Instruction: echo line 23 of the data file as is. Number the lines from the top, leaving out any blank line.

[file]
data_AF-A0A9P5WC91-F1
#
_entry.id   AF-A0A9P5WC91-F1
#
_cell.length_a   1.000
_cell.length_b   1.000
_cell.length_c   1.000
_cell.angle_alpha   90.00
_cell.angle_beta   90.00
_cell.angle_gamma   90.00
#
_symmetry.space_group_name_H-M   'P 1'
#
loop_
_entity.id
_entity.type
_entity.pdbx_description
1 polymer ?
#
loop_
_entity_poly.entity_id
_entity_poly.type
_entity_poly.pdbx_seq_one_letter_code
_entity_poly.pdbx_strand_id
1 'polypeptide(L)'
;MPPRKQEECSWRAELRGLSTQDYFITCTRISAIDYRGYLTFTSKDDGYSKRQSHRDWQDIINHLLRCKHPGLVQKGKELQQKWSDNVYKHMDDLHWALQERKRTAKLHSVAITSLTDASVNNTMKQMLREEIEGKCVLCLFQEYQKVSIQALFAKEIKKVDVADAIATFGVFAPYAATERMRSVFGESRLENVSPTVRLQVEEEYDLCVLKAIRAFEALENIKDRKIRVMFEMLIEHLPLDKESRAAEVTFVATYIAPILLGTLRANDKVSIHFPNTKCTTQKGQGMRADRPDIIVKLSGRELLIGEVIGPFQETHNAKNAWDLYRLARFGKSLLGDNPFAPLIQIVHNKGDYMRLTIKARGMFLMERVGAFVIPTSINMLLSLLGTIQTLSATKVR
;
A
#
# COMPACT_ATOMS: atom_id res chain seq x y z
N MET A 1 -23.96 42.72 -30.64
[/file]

_entity_poly.pdbx_seq_one_letter_code